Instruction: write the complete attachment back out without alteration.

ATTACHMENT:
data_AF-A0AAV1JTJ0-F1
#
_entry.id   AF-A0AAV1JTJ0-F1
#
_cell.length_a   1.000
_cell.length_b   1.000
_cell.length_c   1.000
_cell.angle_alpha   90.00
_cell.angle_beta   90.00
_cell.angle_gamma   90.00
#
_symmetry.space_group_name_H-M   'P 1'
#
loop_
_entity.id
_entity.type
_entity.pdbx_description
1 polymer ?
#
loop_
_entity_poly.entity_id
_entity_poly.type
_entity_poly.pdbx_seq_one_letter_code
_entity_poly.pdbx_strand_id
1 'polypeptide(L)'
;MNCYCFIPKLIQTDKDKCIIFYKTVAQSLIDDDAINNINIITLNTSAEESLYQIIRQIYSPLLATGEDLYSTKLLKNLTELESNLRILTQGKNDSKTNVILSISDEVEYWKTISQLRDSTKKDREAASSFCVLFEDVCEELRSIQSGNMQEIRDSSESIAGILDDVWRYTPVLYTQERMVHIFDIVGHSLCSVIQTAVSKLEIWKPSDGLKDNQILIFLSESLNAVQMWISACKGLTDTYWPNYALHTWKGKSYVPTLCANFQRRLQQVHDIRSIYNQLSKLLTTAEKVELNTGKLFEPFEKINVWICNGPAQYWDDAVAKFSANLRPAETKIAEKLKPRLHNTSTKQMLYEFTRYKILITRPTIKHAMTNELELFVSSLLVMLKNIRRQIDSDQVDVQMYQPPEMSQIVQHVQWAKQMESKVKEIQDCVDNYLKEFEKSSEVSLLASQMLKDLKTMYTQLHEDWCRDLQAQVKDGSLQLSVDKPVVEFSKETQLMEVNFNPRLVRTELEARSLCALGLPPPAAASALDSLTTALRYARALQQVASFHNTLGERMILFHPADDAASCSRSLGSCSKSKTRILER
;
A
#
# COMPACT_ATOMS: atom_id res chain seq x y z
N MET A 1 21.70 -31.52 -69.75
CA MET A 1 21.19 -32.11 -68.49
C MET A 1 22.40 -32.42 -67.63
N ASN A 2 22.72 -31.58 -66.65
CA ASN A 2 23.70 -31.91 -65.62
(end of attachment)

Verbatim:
data_AF-A0AAV1JTJ0-F1
#
_entry.id   AF-A0AAV1JTJ0-F1
#
_cell.length_a   1.000
_cell.length_b   1.000
_cell.length_c   1.000
_cell.angle_alpha   90.00
_cell.angle_beta   90.00
_cell.angle_gamma   90.00
#
_symmetry.space_group_name_H-M   'P 1'
#
loop_
_entity.id
_entity.type
_entity.pdbx_description
1 polymer ?
#
loop_
_entity_poly.entity_id
_entity_poly.type
_entity_poly.pdbx_seq_one_letter_code
_entity_poly.pdbx_strand_id
1 'polypeptide(L)'
;MNCYCFIPKLIQTDKDKCIIFYKTVAQSLIDDDAINNINIITLNTSAEESLYQIIRQIYSPLLATGEDLYSTKLLKNLTELESNLRILTQGKNDSKTNVILSISDEVEYWKTISQLRDSTKKDREAASSFCVLFEDVCEELRSIQSGNMQEIRDSSESIAGILDDVWRYTPVLYTQERMVHIFDIVGHSLCSVIQTAVSKLEIWKPSDGLKDNQILIFLSESLNAVQMWISACKGLTDTYWPNYALHTWKGKSYVPTLCANFQRRLQQVHDIRSIYNQLSKLLTTAEKVELNTGKLFEPFEKINVWICNGPAQYWDDAVAKFSANLRPAETKIAEKLKPRLHNTSTKQMLYEFTRYKILITRPTIKHAMTNELELFVSSLLVMLKNIRRQIDSDQVDVQMYQPPEMSQIVQHVQWAKQMESKVKEIQDCVDNYLKEFEKSSEVSLLASQMLKDLKTMYTQLHEDWCRDLQAQVKDGSLQLSVDKPVVEFSKETQLMEVNFNPRLVRTELEARSLCALGLPPPAAASALDSLTTALRYARALQQVASFHNTLGERMILFHPADDAASCSRSLGSCSKSKTRILER
;
A
#
# COMPACT_ATOMS: atom_id res chain seq x y z
N MET A 1 21.70 -31.52 -69.75
CA MET A 1 21.19 -32.11 -68.49
C MET A 1 22.40 -32.42 -67.63
N ASN A 2 22.72 -31.58 -66.65
CA ASN A 2 23.70 -31.91 -65.62